TO MAIN ART GALLERY
Who Wears Bells on Her Cheeks"
1993. Chalk pastel on paper.
2 1/2 x 5 1/2 ft.
life-sized chalk pastel portrait depicts a Chicana
street musician holding a pair of colorfully painted
gourd maracas and a picture of the Aztec moon goddess,
(pronounced Coh-yohl-shau'-kee). I was inspired to
create my drawing after walking one afternoon through
Los Angeles' historic MacArthur Park, where I encountered
a Mexican Folk Dance group entertaining the people.
worked for six months creating my artwork on a large
sheet of German printmaking paper. Drawing directly
with pigment rich Sennelier soft chalk pastels, I
also used a variety of tools like rags, q-tips, and
even my fingers to accomplish certain effects. I wore
a disposable particle mask the entire time as the
soft texture of the pastel created a lot of chalk
dust; hence, after each work session I would use a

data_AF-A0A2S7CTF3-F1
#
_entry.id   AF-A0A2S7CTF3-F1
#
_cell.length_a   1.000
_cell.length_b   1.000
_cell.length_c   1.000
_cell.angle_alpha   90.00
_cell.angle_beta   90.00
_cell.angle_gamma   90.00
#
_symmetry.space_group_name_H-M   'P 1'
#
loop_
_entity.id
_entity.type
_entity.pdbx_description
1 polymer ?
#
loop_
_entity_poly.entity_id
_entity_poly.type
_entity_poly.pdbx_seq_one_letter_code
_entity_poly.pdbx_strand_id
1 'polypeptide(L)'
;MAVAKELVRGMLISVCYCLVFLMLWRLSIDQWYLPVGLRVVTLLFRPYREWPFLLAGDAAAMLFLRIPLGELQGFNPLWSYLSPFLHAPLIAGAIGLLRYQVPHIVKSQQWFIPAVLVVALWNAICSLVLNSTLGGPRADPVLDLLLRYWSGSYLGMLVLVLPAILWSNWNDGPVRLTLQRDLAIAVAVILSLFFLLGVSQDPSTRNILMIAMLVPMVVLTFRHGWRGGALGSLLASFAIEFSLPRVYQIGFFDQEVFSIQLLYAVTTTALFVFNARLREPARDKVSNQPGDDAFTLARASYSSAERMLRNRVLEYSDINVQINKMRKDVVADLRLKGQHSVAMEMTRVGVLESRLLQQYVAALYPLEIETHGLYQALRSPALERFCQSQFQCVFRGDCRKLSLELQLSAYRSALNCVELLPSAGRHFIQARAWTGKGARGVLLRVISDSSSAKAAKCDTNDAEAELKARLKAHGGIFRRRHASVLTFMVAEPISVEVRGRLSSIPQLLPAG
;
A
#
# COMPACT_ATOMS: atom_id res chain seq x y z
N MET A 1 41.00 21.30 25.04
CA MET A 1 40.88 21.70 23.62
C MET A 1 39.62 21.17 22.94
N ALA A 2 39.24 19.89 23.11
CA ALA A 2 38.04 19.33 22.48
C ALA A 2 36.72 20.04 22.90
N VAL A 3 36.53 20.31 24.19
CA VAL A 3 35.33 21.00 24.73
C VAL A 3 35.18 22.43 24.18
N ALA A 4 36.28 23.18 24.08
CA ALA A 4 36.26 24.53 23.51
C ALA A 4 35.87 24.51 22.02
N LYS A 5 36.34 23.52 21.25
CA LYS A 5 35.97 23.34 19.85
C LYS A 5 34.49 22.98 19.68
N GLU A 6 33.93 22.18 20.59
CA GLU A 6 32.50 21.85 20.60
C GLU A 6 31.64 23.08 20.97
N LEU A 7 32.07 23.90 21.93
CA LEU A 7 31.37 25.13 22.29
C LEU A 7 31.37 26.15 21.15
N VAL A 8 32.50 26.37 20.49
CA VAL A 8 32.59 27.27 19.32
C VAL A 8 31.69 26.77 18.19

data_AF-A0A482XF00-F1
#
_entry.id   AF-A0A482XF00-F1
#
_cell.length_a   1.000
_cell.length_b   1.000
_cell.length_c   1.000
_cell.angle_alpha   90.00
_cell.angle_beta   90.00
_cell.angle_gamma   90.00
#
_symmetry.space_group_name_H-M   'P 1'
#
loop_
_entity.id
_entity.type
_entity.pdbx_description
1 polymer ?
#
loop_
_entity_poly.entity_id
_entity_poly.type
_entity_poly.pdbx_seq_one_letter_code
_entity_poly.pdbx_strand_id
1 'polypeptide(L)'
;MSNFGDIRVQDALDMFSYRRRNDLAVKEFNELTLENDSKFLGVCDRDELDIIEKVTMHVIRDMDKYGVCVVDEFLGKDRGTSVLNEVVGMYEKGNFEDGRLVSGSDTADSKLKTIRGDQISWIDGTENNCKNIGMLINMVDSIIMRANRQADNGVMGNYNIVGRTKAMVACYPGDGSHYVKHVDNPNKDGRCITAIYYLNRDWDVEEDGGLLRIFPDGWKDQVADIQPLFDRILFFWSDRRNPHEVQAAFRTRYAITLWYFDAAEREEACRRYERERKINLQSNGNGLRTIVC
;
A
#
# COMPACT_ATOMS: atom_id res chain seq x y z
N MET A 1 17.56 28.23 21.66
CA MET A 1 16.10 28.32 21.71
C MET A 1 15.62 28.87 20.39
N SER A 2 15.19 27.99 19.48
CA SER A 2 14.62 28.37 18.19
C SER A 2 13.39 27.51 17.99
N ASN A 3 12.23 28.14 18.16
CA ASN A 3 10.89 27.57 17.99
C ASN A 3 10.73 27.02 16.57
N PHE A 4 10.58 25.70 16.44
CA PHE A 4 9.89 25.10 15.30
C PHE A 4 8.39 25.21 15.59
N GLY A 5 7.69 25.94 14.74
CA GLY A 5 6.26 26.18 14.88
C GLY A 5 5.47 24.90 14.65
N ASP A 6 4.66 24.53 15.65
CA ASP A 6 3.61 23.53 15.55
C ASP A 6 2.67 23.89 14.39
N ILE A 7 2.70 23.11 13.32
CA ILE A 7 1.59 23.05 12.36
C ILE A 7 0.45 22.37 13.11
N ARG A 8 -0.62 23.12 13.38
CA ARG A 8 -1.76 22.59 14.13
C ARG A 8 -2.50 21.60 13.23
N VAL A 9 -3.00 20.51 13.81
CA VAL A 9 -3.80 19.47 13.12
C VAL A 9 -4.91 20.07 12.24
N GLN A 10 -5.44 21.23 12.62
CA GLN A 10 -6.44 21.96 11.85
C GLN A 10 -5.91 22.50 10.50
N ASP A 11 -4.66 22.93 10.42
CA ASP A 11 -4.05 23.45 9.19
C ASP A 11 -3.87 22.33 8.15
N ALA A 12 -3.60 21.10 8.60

1978 electrical workers excavating below street level
in Mexico City found an enormous circular monolith
carved from volcanic stone that depicted the moon
goddess. The carving measured some 11 feet in diameter,
nearly 12 inches thick, and weighed 8.5 tons.
Aztec pictographs showed the Coyalxauhqui stone to
be located at the base of the Templo Mayor, or Great
Temple. It was immediately understood by archeologists
that finding the stone meant they had at last found
the Sacred Precinct at the very center of the Aztec
capital of Tenochtitlan.
was one of the primary deities of the ancient Aztecs,
or Mexica (Meh-sheeh-kah) as they called themselves.
Loosely translated from the Aztec language of Nahuatl
into English, the name of the goddess means "She
Who Wears Bells on Her Cheeks."
The discovery led to the excavation of the entire
area from 1978 to 1982, which unearthed a treasure
trove of over 7,000 objets d'art and revealed hidden
histories of the Aztec Empire. In 1987 the Templo
Mayor Museum was built on site to house these amazing
artifacts, including a stunning display of the Coyalxauhqui
the early 1990's I visited the Templo Mayor Museum,
which I consider to be one of the best museums in
the world. The Coyalxauhqui stone is a masterwork,
and arguably one of the greatest of all Aztec/Mexica
Coyalxauhqui stone has become iconic in modern Mexico,
its representation has even been printed on Mexican
money. By extension it has become a symbol of Mexican